Alexander Law Firm Co., LPA
A Legal Professional Association

Post Decree Matters

Post Decree Matters


People often are forced to return to court to modify various terms and provisions of their decree of dissolution or decree of divorce. Some provisions may be modified while others may not. For example, property division may not be modified once the case is final. On the other hand, parenting and child support may be brought back to court and reviewed because the court retains continuing jurisdiction over issues relating to minor children.

Can I modify child support after the Decree is filed?

Child support modifications are the most common post decree modification requested and require the court to find a change in circumstances prior to modifying the existing order. The most common reasons to request a modification of a child support award are the loss of a job, an increase or decrease in income, a change in custody or parenting schedule, the disability of one of the parents or the need for, or changes in, child care costs for the children.

Child support may also be modified if a recalculation of the child support worksheet would result in a ten percent (10%) increase or decrease in the current child support order. If a ten percent (10%) increase or decrease exists, no further evidence will be necessary to establish the required change in circumstances.

Can I modify parenting time after the Decree is filed?

If a custodial arrangement exists you can always file a motion to modify custody, parenting time or any provisions relating to minor children. The court will require a change of circumstances to be proven to change custody or modify the terms of a custody agreement.

If a shared parenting plan exists you can always request to modify the terms of the plan or to terminate the plan and award custody to one parent. The court will require a change of circumstances to be proven to terminate the shared parenting plan and award custody to one parent.

Can I modify spousal support after the Decree is filed?

If no spousal support was awarded in the decree of dissolution or decree of divorce, a statement indicating the court has no jurisdiction to modify that provision likely appears there as well.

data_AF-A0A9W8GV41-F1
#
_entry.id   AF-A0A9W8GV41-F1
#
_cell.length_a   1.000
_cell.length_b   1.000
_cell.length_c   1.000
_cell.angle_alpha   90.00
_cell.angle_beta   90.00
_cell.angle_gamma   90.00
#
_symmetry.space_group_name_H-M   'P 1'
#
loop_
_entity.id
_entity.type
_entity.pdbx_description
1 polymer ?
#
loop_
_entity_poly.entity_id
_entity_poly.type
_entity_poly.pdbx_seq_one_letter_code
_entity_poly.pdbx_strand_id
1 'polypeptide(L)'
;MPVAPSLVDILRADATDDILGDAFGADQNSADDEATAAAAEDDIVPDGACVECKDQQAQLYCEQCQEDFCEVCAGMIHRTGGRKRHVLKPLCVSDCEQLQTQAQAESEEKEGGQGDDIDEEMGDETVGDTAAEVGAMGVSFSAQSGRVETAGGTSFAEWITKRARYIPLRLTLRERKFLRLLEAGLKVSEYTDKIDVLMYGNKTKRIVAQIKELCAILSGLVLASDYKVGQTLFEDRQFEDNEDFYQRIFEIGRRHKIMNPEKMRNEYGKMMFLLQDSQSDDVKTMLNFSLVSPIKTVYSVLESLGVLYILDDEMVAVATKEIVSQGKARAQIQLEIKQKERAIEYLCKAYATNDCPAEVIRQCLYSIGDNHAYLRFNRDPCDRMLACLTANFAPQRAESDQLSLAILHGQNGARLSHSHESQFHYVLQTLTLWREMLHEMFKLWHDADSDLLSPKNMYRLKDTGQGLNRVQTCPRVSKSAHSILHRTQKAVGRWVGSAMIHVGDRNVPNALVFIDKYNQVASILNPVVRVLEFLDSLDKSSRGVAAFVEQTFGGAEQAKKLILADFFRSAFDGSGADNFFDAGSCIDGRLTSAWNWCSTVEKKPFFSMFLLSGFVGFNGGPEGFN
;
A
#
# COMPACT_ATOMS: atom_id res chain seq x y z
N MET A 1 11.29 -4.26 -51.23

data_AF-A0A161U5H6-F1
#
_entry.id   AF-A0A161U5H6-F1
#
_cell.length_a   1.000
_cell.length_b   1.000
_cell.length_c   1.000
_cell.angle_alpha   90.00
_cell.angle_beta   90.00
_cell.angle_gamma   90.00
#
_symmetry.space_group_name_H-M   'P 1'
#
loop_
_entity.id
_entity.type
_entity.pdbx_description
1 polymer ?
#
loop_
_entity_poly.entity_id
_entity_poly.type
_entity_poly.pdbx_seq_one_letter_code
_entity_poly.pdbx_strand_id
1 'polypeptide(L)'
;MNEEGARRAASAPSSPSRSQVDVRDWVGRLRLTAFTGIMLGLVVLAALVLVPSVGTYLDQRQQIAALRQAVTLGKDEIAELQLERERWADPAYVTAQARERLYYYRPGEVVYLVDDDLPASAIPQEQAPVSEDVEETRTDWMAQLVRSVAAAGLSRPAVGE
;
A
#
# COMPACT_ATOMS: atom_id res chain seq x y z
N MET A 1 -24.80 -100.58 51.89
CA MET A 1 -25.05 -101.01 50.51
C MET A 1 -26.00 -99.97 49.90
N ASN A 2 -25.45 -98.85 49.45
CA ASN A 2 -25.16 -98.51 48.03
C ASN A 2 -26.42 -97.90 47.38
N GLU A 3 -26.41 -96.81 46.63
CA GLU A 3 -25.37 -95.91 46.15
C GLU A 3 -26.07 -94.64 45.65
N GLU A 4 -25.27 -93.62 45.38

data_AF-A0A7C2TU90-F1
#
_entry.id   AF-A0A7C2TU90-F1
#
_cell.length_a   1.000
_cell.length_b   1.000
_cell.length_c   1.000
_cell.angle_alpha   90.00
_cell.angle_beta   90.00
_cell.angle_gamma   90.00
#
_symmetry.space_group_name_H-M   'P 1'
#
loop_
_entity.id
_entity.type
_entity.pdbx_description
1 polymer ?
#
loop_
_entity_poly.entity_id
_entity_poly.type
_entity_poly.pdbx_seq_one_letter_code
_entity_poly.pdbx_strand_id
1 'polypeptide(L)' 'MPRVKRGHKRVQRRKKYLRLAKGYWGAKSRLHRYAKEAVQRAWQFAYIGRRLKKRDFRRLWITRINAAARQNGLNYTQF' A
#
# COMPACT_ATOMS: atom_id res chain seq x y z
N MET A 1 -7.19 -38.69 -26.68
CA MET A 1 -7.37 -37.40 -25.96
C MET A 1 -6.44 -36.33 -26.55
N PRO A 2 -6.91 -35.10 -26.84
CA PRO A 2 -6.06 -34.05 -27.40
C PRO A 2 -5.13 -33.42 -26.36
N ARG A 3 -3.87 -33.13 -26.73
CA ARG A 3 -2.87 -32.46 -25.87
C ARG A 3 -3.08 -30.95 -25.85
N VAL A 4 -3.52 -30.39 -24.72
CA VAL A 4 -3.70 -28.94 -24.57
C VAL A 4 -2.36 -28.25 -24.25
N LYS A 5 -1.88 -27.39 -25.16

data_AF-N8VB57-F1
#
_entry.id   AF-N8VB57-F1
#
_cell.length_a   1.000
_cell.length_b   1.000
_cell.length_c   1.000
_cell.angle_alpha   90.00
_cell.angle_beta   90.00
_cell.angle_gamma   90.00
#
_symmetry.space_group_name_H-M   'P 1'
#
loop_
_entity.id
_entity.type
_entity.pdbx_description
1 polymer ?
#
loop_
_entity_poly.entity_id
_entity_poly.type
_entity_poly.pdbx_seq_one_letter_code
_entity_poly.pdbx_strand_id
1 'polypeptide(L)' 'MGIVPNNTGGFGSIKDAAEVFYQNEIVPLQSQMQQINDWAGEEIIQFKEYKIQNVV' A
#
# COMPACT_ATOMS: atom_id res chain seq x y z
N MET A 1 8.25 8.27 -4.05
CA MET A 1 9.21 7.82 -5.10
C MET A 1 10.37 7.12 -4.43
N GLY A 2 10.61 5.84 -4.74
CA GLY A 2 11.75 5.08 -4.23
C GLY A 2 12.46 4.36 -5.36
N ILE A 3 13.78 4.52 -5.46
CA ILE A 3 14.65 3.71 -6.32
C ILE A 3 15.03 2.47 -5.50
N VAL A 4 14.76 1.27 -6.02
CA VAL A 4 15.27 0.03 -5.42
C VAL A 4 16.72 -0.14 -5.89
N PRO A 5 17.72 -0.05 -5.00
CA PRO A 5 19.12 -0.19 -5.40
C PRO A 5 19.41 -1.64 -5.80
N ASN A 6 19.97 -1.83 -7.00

If spousal support was awarded, it may be subject to modification. The answer to this question depends on the specific language of the separation agreement or decree. Many shorter length spousal support awards are not subject to modification while some longer term spousal support awards are subject to modification only upon a showing of change in circumstances.

Cohabitation is a common reason existing spousal support obligations are challenged. The specific facts and circumstances of each case, however, determine whether the spousal support award is vulnerable to challenge or not.

I want to move after the Decree is filed, can I Relocate?

All shared parenting plans and most custody agreements contain a Notice of Intent to Relocate provision which outline the procedure the parent desiring to relocate must follow and to whom he/she is required to provide notice prior to doing so. 

If the residential parent is relocating, the issue may be brought back before court to determine whether it is still in the minor children’s best interest for that parent to have custody or remain the residential parent. In other instances, parenting time will need to be modified to accommodate the relocation.

If the court is forced to decide these issues, in addition to the basic custody factors, it will consider: the distance, the relationship of each parent to the child, the parenting history, which parent has been the primary parent, the proximity to extended family, the reason for the move, the new proposed community and any other factors relative to the relocation.

What is Contempt?

Contempt exists when one party fails to comply with a specific provision of the decree of dissolution or decree of divorce. Contempt is most commonly filed as the result of a parent’s failure to pay child support or comply with some other parenting provisions but Contempt can also be related to property distribution. For example, an action for Contempt can be brought for one spouses’ failure to transfer assets or title to assets, failure to refinance real estate or to pay marital debt such as credit cards as ordered.

Penalties for contempt are quasi-criminal in that domestic relations court judges have the ability to sentence the person found a person to be in contempt to jail. Additional sanctions can be imposed such as fines, court costs and attorneys fees.

            Call Christopher M. Alexander at (513)228 - 1100

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